HALLOWELL — The Maine Public Utilities Commission voted Tuesday morning to change the obligations Fairpoint Communications must meet in respect to investing in the expansion of broadband availability in Maine. The commission’s chairman acknowledged that the vote will mean that some customers in rural Maine will not see their Internet speed improved, but that the change represents a reasonable tradeoff that will allow Fairpoint to take other actions to improve the overall quality of its broadband service.

The three commissioners voted 2-1 to accept a stipulation agreement submitted by Fairpoint, and supported by Maine’s Office of the Public Advocate, which changes the way in which telecommunication lines are counted toward the expansion goals Fairpoint must meet. The stipulation agreement also commits Fairpoint to invest an undisclosed amount in improving “broadband facilities and services in Maine that will benefit small businesses and residential customers.”

Commissioners Tom Welch, the PUC chairman, and Mark Vannoy voted to accept the stipulation agreement. Commissioner David Littell opposed the agreement.

Littell said during deliberations that the stipulation agreement “substantially” reduces the broadband speed that some Maine customers will have access to, and that approving the settlement “is not in the public interest.”

Welch supported the settlement agreement because he said the past requirements in respect to broadband speed are out of date, and the agreement will allow Fairpoint to invest capital in areas where it can do more good rather than invest capital to improve the speed in some areas from inadequate to slightly less inadequate.

“The implication probably is — I think this is fair to say — there will be some customers in some of the more rural areas who will not have their speed improved,” Welch told the Bangor Daily News after the PUC vote. “The tradeoff is Fairpoint will commit to invest a certain amount of money improving broadband in other ways throughout the state for commercial and residential customers. One of things it committed to do is upgrade the number of central offices to provide significant increases in speed for customers served out of those offices, something they were not required to do under the prior order.”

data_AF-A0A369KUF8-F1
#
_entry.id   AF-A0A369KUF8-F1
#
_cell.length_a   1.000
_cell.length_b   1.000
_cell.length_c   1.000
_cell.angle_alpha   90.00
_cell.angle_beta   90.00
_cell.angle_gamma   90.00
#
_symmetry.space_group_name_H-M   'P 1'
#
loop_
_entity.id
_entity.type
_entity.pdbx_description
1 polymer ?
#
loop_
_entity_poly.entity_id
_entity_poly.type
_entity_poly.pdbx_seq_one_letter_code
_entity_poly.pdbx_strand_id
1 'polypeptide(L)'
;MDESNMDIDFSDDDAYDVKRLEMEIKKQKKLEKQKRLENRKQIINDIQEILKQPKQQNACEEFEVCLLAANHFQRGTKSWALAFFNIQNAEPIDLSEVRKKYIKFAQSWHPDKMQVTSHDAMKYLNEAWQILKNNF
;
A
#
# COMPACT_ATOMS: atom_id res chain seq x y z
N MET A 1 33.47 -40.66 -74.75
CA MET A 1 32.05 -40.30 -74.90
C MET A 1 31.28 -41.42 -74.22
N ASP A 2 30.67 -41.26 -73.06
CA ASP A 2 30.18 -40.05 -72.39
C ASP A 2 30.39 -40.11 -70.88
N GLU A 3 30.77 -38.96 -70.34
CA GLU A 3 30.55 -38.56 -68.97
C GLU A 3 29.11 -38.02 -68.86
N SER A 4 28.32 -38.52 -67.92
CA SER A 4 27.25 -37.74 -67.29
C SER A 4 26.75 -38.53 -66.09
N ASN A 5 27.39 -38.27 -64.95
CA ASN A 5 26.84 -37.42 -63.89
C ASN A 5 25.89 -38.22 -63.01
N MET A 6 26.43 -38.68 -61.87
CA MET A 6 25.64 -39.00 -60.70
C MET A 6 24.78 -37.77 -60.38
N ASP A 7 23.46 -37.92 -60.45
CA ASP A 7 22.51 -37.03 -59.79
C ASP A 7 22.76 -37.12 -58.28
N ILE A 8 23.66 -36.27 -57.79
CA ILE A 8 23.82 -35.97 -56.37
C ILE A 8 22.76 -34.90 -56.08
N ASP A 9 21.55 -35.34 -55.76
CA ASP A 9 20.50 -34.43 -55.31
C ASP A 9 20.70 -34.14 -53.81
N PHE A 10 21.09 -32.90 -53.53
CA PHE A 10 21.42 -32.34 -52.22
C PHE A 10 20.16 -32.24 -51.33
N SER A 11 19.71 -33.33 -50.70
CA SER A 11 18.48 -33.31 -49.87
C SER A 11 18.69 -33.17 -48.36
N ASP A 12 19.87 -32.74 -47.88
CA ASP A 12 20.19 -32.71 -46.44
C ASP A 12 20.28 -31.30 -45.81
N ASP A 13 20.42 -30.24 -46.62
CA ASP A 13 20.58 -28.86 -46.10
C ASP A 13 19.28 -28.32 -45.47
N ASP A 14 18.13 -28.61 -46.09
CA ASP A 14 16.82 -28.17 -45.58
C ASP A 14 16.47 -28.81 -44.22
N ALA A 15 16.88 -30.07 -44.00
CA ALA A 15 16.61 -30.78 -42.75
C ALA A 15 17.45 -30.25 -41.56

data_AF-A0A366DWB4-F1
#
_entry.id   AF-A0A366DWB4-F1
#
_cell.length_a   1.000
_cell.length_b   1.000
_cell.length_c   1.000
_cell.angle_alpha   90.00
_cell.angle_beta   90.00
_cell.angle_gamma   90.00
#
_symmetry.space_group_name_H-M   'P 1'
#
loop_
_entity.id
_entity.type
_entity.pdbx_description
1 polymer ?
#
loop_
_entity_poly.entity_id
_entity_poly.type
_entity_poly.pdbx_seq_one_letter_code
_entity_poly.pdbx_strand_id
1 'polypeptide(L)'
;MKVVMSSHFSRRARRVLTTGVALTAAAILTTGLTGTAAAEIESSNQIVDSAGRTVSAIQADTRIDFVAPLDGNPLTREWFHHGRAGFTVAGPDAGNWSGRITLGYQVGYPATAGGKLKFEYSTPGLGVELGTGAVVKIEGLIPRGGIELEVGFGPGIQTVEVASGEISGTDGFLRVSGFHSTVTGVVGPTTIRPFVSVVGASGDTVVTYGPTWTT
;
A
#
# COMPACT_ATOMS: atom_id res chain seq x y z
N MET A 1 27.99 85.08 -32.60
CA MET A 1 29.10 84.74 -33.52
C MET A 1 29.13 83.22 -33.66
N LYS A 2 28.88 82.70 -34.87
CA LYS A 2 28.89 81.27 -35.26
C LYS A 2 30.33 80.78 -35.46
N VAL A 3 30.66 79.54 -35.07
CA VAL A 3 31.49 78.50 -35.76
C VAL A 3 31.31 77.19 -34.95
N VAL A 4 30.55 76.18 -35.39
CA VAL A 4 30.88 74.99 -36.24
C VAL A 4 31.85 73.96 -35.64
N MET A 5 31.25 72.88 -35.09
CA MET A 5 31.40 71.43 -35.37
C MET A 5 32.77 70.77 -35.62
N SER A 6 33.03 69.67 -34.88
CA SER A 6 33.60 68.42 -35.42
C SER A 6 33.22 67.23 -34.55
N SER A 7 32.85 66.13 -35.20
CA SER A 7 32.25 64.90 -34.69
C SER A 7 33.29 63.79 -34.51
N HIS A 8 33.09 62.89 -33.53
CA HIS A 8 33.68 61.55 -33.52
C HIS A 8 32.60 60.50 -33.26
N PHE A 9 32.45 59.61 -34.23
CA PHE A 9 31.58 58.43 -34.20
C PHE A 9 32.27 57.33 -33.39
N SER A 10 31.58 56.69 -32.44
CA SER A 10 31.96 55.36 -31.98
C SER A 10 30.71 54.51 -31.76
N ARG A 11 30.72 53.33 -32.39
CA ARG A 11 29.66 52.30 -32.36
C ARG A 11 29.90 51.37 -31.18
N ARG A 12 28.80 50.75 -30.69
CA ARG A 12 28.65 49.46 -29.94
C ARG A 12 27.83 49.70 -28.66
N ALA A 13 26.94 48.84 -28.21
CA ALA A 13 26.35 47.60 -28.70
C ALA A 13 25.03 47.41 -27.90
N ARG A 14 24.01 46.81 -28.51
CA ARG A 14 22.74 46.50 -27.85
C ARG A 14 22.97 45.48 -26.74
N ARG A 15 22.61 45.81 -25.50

Fairpoint Communications acquired Verizon’s landline and broadband business in Maine in a deal announced in 2007. As part of the acquisition, Fairpoint at the time agreed to meet goals for the expansion of broadband access in Maine and to invest $57 million in its Maine network. After Fairpoint filed for bankruptcy in 2009, the investment requirement was dropped.

However, Fairpoint still need to meet goals for the percentage of people with access to broadband. The agreement requires Fairpoint to have made broadband available to 85 percent of people by tomorrow, and 87 percent by April 14, 2014. If those goals aren’t met, the company will be required to make it available to 90 percent of people by May 1, 2015.

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